Urinary K+ potassium excretion rapidly increases after a potassium-rich meal. The early aldosterone-induced sgk1 gene (encoding serum and glucocorticoid-induced kinase 1), activates potassium clearance, but the role of this kinase in the early activation of K+ secretion has not been clearly defined. Here, we challenged inducible renal-tubule-specific Sgk1Pax8/LC1 knockout mice with an acute high-potassium load (HK:5%K+) and compared the physiological and molecular responses to control mice. We observe that urinary excretion after a K+ load over the first 3 h is not dependent on SGK1 but is coincident with the rapid dephosphorylation of the Na+,Cl−-cotransporter (NCC) to increase distal salt delivery. Molecular analyses indicate that whereas SGK1-mediated phosphorylation of the ubiquitin-protein ligase NEDD4-2 begins to increase by 3h, SGK1-dependent proteolytic activation of ENaC only becomes detectable after 6 h of HK intake. Consistent with SGK1-dependent ENaC activation via inhibition of NEDD4-2-mediated ubiquitylation, Sgk1Pax8/LC1 mice are unable to efficiently inhibit NEDD4-2 or increase ENaC cleavage after 6 h of HK. Nevertheless, no defect in acute K+ balance was detected in the mutant mice after 6 h of HK. Moreover, we found that Sgk1Pax8/LC1 mice reduce NCC phosphorylation and NCC-mediated salt absorption to a greater extent than control mice after a K+ load, promoting increased amiloride-sensitive Na+-reabsorption via ENaC to maintain adequate kaliuresis. Together, these data indicate that: (a) during the early 3 h of HK intake, K+ excretion is SGK1-independent even under an extreme K+ challenge, (b) shortly after, SGK1 inhibits NEDD4-2 and activates ENaC to stimulate K+-secretion, (c) SGK1-dependent phosphorylation of NCC occurs, acting more likely as a brake pedal to prevent excessive K+ loss.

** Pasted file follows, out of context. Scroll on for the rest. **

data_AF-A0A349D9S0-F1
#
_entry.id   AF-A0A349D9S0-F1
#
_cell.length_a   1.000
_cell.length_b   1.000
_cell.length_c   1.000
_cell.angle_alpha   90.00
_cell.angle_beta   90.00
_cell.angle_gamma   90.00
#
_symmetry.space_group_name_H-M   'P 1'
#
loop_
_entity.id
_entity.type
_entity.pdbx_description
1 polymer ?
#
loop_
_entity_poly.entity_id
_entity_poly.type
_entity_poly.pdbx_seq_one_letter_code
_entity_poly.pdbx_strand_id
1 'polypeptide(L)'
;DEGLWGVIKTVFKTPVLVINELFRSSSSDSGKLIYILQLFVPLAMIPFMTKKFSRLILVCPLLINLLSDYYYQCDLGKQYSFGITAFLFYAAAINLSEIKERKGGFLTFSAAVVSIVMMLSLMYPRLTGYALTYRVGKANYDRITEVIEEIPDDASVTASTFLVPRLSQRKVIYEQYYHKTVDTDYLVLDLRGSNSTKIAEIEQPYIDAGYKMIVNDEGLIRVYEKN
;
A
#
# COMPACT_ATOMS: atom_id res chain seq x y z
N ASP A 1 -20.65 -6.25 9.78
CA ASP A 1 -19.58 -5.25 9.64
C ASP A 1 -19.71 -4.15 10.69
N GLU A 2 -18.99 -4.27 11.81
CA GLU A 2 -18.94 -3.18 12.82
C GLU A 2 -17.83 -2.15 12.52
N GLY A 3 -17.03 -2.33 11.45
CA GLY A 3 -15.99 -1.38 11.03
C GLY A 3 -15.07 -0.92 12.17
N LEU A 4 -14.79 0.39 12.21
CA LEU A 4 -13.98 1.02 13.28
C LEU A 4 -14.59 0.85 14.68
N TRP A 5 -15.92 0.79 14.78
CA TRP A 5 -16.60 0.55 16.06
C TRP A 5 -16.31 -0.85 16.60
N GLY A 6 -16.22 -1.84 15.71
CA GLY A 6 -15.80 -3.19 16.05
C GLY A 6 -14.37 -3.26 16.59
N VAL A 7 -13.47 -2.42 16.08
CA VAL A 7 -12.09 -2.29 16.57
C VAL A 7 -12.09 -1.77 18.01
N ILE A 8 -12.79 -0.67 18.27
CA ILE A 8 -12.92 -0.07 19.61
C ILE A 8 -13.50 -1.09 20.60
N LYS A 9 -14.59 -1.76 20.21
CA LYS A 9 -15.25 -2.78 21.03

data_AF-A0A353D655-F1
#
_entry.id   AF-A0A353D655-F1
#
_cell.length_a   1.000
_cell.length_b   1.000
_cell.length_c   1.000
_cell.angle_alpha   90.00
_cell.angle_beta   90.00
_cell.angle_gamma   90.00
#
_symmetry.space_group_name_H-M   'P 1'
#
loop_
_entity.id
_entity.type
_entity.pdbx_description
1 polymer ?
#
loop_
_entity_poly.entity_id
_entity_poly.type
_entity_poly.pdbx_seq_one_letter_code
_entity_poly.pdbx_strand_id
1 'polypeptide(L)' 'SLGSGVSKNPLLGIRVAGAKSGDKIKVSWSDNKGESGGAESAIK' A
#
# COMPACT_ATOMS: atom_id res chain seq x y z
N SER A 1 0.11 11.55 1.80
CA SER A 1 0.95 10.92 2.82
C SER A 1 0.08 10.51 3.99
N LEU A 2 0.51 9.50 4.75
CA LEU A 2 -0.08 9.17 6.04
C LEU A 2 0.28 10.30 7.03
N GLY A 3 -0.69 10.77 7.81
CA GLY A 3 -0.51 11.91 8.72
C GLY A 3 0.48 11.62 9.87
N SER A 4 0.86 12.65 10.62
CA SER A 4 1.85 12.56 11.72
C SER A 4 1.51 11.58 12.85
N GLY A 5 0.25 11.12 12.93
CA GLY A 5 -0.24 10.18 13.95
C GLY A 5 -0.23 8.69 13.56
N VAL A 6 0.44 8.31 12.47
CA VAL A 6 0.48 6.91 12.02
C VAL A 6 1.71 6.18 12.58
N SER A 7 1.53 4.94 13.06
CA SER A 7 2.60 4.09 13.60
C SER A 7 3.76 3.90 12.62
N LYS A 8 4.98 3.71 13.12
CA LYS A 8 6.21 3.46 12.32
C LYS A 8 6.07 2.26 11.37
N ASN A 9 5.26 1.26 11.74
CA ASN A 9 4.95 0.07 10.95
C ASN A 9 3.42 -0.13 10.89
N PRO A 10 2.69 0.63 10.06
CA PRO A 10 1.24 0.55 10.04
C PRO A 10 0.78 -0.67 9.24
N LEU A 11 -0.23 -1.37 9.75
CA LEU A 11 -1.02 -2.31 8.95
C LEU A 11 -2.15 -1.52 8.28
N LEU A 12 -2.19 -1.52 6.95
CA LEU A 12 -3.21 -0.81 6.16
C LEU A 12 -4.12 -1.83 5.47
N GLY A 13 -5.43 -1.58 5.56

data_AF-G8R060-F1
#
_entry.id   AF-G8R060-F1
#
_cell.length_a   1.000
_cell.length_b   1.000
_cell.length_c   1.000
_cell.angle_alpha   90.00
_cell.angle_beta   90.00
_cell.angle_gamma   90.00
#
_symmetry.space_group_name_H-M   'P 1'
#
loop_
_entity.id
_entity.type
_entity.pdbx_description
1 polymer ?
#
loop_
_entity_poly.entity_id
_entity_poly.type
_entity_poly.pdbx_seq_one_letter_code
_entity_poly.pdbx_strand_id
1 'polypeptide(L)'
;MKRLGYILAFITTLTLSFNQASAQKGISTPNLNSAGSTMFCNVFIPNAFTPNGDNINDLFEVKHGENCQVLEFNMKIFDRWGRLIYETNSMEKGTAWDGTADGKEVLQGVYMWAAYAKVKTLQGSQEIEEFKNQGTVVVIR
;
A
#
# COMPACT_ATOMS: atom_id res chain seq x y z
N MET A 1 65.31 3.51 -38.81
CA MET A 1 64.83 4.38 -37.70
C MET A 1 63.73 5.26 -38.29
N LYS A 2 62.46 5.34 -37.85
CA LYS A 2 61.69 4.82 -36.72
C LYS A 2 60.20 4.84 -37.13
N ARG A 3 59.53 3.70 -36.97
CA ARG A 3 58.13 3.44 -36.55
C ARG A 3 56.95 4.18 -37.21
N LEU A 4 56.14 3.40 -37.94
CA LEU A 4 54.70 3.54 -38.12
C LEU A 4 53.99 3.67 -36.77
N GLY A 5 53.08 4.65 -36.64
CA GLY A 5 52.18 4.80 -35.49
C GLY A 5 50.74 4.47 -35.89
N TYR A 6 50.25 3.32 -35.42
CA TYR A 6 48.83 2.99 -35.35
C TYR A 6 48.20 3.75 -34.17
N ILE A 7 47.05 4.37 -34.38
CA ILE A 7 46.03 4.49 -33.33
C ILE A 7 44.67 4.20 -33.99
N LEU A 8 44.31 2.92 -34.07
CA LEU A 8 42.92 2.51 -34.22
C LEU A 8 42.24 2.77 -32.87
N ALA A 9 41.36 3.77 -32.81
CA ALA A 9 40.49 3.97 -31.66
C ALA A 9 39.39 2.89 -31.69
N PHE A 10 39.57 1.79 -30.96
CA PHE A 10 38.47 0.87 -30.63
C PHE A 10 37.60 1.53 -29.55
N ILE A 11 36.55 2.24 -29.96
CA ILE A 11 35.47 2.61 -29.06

ASJC Scopus subject areas
- Physiology (medical)